Considering an executive MBA? Shiny business school brochures promise enhanced critical and strategic thinking, freshly honed soft skills, exalted networks, and the chance to apply your classroom takeaways in the workplace in real time. While it’s true that a reputable and rigorous EMBA can be a career-changing experience, EMBAs don’t come cheap and as life commitments go, they are major, unavoidably impacting every part of your life: career, family, and extracurricular. So before you sign away two years of your life and tens of thousands of dollars, you need to ask yourself some hard questions:
What goals motivate you to consider an EMBA?
Better pay? Accelerated advancement? A qualified eMBA can certainly deliver these. The Executive MBA Council reports that in 2009, students increased their salary 9 percent on average on earning their degree (to a mean $136,722), and 2008 students increased it 17 percent. Likewise, a third of eMBA students were promoted and 44 percent earned greater job responsibilities.
But if you hope an eMBA will help you make a career change, you need to take a closer look: the eMBA will not give you the internship opportunities that enable full-time MBAs to sample new careers and get vetted by future employers. People do change careers with eMBAs, but you should not count on the school’s brand and placement office to do the work for you (and if your employer is sponsoring you, you may be committed to returning there, in the short-term, anyway).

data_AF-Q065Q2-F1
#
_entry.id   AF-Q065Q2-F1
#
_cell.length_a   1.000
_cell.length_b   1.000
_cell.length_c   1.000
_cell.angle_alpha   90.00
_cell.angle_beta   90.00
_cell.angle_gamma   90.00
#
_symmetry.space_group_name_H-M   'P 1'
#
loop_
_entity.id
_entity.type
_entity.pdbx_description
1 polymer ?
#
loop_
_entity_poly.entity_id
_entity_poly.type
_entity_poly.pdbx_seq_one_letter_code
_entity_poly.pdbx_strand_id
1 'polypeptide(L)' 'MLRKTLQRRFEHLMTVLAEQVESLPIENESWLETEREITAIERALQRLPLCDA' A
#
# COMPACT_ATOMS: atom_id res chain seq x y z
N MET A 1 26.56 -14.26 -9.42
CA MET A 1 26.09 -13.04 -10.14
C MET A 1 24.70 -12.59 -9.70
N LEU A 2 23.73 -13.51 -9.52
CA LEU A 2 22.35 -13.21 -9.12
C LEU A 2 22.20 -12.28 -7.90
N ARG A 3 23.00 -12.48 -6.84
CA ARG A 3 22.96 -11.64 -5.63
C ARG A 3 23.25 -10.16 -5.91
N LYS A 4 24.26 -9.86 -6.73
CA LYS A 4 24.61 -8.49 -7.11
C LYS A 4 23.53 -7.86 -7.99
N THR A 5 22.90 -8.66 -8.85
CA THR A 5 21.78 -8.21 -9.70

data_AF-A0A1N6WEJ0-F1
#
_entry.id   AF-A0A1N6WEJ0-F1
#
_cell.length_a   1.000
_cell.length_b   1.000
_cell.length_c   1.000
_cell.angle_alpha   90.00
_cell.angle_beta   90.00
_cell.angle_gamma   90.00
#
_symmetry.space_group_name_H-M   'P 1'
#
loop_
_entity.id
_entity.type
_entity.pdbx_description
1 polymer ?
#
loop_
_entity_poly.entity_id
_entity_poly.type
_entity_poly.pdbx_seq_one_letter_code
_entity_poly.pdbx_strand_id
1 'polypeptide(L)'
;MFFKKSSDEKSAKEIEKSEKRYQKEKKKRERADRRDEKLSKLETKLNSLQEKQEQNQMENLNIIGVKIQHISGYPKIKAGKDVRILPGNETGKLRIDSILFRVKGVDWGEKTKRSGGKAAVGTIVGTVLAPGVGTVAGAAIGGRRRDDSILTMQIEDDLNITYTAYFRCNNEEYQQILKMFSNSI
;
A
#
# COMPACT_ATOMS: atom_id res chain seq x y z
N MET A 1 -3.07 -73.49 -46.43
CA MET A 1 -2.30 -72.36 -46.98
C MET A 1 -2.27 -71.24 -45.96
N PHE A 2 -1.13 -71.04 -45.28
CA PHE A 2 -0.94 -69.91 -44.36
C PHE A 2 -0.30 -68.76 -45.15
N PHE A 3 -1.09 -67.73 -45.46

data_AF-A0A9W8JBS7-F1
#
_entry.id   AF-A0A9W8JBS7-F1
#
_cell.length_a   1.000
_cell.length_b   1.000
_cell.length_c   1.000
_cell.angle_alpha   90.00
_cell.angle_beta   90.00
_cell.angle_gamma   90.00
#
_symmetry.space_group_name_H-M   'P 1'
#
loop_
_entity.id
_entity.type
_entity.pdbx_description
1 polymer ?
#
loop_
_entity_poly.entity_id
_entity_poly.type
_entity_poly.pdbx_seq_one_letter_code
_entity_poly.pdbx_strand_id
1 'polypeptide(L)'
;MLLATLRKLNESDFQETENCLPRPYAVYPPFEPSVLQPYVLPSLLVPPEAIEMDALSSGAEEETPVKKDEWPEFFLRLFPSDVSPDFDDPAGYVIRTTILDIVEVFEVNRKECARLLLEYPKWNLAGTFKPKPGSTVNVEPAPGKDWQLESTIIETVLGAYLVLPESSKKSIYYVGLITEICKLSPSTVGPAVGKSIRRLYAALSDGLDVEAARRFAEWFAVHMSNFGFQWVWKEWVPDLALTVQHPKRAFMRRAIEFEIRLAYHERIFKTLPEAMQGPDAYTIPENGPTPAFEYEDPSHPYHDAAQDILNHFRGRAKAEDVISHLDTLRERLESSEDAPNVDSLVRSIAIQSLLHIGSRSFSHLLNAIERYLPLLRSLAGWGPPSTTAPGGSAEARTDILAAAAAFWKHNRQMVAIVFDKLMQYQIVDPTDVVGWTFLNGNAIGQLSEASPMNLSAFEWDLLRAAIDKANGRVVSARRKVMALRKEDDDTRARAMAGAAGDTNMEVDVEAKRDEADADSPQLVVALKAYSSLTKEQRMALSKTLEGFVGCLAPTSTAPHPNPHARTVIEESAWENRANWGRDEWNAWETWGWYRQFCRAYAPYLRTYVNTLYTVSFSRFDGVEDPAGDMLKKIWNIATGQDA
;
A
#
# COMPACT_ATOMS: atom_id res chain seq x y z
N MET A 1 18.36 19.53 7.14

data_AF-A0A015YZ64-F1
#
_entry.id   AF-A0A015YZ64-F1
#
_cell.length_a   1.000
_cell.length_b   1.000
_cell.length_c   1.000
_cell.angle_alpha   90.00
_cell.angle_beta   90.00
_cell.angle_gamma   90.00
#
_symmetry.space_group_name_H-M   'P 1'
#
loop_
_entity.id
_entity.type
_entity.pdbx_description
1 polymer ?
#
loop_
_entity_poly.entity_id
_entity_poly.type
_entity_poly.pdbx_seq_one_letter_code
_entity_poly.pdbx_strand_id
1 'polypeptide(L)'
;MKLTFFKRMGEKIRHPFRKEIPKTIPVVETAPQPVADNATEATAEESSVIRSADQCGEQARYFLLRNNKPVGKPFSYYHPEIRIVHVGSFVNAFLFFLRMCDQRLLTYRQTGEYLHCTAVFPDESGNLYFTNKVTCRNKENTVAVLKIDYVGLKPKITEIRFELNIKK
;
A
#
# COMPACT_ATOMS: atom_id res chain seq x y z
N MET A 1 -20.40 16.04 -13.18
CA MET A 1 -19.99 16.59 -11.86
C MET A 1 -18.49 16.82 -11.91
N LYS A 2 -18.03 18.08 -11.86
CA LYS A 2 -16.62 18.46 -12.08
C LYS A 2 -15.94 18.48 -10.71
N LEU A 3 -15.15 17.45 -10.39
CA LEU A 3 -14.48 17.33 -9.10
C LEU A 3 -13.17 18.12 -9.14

Likewise, if you want an eMBA just to add a credential to your resume or to keep up with the Joneses, make sure you have no illusions about the time and financial price you’ll have to pay to fulfill these cosmetic goals.
Is an eMBA really the best way to achieve these goals? Can an eMBA program deliver what you want it to?
Executive MBAs are expensive (up to $172,200 total for Wharton’s San Francisco program) and can require up to 34 hours of your class and study weekly (excluding commutes). Since you aren’t made of money and do have a life, you’ll need to really analyze whether the eMBA is the best way to achieve your goals. If you seek a higher income, perhaps a new position with another company or a new industry can accomplish that. If you seek faster advancement, maybe you just need to hone your golf game, add a certification or two, or get more involved in a professional association.
If you’re expecting a program to turbocharge your income or give you the CEO’s office by age 40, do you have evidence that your target programs’ graduates enjoy that kind of success? Check with the school’s placement office, of course, but also talk to graduates who’ve been out for a few years. Did the program get them where they thought it would?